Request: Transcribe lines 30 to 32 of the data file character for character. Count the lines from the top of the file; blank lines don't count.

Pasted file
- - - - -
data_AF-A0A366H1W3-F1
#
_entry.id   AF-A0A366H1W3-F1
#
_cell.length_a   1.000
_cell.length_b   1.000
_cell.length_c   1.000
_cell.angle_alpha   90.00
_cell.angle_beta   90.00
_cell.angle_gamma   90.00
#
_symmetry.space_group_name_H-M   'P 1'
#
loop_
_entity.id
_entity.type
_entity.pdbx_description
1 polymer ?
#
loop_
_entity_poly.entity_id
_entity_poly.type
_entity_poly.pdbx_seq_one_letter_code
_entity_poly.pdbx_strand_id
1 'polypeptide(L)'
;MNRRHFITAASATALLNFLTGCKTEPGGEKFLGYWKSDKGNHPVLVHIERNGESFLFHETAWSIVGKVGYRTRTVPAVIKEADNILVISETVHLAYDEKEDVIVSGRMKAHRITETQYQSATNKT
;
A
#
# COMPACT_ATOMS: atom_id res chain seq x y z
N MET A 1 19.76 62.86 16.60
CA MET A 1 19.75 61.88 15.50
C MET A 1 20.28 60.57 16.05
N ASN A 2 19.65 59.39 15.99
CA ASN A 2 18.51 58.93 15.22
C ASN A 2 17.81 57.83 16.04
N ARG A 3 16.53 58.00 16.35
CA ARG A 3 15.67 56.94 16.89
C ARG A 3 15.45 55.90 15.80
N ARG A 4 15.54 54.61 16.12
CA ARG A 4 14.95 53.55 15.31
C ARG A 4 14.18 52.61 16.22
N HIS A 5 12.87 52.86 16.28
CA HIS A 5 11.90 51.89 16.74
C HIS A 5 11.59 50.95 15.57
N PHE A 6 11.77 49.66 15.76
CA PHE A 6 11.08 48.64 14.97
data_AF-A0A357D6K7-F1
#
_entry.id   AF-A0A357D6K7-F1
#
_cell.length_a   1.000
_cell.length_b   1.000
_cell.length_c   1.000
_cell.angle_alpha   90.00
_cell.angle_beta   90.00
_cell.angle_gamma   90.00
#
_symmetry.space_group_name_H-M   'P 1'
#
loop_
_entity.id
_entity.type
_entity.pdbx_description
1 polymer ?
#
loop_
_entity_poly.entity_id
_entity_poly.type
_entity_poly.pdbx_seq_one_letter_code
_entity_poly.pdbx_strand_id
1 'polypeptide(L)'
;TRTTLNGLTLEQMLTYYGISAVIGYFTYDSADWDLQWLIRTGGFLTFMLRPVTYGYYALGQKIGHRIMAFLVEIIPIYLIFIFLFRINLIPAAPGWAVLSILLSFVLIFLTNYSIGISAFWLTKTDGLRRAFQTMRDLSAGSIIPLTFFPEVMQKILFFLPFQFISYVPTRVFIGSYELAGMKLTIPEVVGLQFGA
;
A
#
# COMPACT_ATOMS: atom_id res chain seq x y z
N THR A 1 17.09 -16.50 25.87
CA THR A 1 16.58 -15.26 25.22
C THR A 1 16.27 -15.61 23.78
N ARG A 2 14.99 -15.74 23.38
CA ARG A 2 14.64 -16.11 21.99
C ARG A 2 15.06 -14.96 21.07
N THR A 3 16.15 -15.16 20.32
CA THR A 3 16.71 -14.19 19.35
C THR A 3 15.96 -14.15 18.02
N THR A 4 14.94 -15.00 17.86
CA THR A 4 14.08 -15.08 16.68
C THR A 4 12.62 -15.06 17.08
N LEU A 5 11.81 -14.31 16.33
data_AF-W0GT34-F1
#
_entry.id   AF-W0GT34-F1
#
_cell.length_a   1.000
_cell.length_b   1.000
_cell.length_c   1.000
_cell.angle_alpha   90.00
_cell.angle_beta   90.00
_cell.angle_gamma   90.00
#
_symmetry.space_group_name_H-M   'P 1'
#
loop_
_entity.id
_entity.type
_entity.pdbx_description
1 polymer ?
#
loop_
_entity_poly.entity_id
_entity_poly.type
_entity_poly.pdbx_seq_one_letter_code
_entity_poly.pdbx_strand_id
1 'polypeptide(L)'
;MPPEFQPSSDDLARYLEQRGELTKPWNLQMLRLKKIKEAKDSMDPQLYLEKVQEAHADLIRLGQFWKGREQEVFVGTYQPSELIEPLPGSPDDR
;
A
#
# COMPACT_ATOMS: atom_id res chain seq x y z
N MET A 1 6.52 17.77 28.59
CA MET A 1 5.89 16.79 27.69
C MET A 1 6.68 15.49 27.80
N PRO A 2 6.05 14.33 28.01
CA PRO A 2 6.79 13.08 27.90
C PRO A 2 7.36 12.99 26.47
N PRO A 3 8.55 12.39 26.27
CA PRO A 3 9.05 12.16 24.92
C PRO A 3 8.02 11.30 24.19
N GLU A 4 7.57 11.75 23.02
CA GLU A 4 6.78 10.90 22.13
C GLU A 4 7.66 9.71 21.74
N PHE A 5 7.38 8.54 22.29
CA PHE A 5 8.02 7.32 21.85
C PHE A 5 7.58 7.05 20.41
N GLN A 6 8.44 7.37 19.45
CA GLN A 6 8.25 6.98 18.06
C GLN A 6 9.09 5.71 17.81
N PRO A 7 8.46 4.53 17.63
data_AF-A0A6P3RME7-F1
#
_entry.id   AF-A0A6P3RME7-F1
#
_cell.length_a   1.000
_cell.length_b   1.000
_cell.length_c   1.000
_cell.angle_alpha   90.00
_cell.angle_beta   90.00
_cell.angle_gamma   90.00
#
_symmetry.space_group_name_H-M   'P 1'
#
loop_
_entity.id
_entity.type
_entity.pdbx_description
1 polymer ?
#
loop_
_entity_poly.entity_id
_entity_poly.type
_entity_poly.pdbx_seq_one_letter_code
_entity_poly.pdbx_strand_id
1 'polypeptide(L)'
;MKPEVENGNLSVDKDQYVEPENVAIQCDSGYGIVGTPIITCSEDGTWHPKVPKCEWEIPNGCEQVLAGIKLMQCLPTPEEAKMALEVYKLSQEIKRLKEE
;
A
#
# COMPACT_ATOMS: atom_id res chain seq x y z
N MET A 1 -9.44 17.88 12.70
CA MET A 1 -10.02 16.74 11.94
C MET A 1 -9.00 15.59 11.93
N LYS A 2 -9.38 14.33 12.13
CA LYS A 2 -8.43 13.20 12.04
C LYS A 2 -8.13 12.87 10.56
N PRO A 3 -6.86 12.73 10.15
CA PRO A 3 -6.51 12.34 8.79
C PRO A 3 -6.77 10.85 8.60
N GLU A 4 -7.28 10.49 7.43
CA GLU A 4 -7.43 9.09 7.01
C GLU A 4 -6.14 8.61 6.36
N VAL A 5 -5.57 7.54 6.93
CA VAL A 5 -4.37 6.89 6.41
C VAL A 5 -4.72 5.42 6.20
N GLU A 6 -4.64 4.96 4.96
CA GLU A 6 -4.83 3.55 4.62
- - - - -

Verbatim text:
# COMPACT_ATOMS: atom_id res chain seq x y z
N MET A 1 19.76 62.86 16.60
CA MET A 1 19.75 61.88 15.50